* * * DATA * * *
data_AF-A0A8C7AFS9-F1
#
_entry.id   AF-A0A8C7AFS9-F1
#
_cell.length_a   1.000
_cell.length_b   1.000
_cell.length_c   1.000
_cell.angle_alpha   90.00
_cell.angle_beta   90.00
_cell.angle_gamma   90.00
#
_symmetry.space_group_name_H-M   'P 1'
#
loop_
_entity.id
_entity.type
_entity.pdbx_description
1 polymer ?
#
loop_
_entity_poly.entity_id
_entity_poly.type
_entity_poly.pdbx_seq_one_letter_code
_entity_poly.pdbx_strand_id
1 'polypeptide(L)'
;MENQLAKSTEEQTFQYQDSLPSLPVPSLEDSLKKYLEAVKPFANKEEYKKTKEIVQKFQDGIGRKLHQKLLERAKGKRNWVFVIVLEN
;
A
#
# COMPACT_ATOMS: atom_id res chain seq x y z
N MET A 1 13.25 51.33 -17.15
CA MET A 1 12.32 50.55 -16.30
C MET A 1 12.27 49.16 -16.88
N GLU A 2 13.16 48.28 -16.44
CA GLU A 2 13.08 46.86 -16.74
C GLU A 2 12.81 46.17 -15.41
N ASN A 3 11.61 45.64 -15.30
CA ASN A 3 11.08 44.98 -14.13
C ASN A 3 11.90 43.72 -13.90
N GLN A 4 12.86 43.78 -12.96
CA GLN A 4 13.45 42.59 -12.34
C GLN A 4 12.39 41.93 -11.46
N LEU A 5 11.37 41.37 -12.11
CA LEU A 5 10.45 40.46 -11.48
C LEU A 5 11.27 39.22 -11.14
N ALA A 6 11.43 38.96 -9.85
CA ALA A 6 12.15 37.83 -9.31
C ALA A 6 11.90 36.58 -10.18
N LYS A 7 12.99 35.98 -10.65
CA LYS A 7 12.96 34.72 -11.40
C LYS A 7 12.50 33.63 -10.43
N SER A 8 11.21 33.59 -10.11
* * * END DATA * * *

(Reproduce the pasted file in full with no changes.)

data_AF-A0A8C7AFS9-F1
#
_entry.id   AF-A0A8C7AFS9-F1
#
_cell.length_a   1.000
_cell.length_b   1.000
_cell.length_c   1.000
_cell.angle_alpha   90.00
_cell.angle_beta   90.00
_cell.angle_gamma   90.00
#
_symmetry.space_group_name_H-M   'P 1'
#
loop_
_entity.id
_entity.type
_entity.pdbx_description
1 polymer ?
#
loop_
_entity_poly.entity_id
_entity_poly.type
_entity_poly.pdbx_seq_one_letter_code
_entity_poly.pdbx_strand_id
1 'polypeptide(L)'
;MENQLAKSTEEQTFQYQDSLPSLPVPSLEDSLKKYLEAVKPFANKEEYKKTKEIVQKFQDGIGRKLHQKLLERAKGKRNWVFVIVLEN
;
A
#
# COMPACT_ATOMS: atom_id res chain seq x y z
N MET A 1 13.25 51.33 -17.15
CA MET A 1 12.32 50.55 -16.30
C MET A 1 12.27 49.16 -16.88
N GLU A 2 13.16 48.28 -16.44
CA GLU A 2 13.08 46.86 -16.74
C GLU A 2 12.81 46.17 -15.41
N ASN A 3 11.61 45.64 -15.30
CA ASN A 3 11.08 44.98 -14.13
C ASN A 3 11.90 43.72 -13.90
N GLN A 4 12.86 43.78 -12.96
CA GLN A 4 13.45 42.59 -12.34
C GLN A 4 12.39 41.93 -11.46
N LEU A 5 11.37 41.37 -12.11
CA LEU A 5 10.45 40.46 -11.48
C LEU A 5 11.27 39.22 -11.14
N ALA A 6 11.43 38.96 -9.85
CA ALA A 6 12.15 37.83 -9.31
C ALA A 6 11.90 36.58 -10.18
N LYS A 7 12.99 35.98 -10.65
CA LYS A 7 12.96 34.72 -11.40
C LYS A 7 12.50 33.63 -10.43
N SER A 8 11.21 33.59 -10.11